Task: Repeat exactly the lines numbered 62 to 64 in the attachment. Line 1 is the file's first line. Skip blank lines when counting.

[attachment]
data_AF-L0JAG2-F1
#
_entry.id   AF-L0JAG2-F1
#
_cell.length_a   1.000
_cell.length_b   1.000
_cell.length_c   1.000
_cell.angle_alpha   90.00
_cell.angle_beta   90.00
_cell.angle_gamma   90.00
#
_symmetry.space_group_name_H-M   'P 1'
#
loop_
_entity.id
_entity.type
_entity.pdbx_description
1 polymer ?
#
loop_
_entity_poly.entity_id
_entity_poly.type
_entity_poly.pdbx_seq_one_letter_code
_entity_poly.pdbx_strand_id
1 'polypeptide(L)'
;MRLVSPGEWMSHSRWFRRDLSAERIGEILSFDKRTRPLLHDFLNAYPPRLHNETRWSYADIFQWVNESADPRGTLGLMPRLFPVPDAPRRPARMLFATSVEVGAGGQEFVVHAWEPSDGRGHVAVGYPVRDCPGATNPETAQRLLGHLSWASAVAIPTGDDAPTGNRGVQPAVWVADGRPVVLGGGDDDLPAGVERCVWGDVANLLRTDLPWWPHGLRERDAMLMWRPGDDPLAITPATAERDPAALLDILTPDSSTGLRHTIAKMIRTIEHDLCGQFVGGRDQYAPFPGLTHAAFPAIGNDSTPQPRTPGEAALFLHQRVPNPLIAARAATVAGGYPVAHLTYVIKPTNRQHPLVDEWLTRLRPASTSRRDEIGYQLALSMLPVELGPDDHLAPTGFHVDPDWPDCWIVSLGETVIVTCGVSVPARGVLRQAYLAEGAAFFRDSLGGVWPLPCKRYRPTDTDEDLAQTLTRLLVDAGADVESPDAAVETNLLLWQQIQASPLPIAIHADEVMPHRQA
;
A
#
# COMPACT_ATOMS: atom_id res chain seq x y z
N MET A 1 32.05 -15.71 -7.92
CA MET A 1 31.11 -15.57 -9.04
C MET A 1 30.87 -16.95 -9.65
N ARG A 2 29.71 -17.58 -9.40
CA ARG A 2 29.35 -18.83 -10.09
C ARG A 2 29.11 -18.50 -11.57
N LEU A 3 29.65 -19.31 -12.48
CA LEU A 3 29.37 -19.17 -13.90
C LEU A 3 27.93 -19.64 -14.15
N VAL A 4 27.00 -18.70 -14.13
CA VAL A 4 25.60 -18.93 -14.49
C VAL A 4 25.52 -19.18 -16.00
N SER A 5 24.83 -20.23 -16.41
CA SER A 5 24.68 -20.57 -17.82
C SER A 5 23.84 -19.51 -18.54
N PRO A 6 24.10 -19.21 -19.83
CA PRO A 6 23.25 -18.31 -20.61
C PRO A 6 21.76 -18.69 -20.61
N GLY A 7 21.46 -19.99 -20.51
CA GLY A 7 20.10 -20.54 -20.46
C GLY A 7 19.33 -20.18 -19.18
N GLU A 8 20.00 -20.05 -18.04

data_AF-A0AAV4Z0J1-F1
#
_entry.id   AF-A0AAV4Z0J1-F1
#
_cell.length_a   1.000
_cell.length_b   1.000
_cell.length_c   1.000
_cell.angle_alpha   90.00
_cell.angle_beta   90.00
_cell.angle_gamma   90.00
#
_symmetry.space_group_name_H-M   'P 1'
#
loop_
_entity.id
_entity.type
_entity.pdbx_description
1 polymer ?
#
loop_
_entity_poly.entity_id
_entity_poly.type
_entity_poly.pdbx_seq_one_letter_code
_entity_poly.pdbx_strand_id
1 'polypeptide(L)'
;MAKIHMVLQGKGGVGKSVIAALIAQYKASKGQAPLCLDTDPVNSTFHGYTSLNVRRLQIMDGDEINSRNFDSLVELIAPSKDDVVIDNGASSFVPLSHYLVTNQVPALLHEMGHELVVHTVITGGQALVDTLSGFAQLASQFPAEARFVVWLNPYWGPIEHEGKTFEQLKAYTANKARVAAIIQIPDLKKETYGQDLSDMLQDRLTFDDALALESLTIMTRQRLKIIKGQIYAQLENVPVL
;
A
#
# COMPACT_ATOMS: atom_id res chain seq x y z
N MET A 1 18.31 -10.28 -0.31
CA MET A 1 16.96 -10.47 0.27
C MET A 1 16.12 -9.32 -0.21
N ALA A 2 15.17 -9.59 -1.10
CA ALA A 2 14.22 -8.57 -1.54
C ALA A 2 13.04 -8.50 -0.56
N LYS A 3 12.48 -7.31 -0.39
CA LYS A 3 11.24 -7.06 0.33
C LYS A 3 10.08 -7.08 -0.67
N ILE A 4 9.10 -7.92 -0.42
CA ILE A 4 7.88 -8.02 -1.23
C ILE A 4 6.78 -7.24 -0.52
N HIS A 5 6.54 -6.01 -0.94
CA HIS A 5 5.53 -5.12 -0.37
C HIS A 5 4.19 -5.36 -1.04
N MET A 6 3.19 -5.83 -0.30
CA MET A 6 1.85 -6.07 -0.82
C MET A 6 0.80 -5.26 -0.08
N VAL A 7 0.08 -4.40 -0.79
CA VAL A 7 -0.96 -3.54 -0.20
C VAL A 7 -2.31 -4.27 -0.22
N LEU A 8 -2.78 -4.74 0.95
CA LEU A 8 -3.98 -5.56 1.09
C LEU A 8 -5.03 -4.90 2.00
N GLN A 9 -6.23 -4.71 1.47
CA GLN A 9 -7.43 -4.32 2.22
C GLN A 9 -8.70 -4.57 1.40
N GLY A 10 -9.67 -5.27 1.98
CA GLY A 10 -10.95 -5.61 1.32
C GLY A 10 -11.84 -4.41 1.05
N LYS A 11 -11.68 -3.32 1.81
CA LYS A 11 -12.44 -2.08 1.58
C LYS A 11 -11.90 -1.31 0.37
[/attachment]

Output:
_cell.angle_gamma   90.00
#
_symmetry.space_group_name_H-M   'P 1'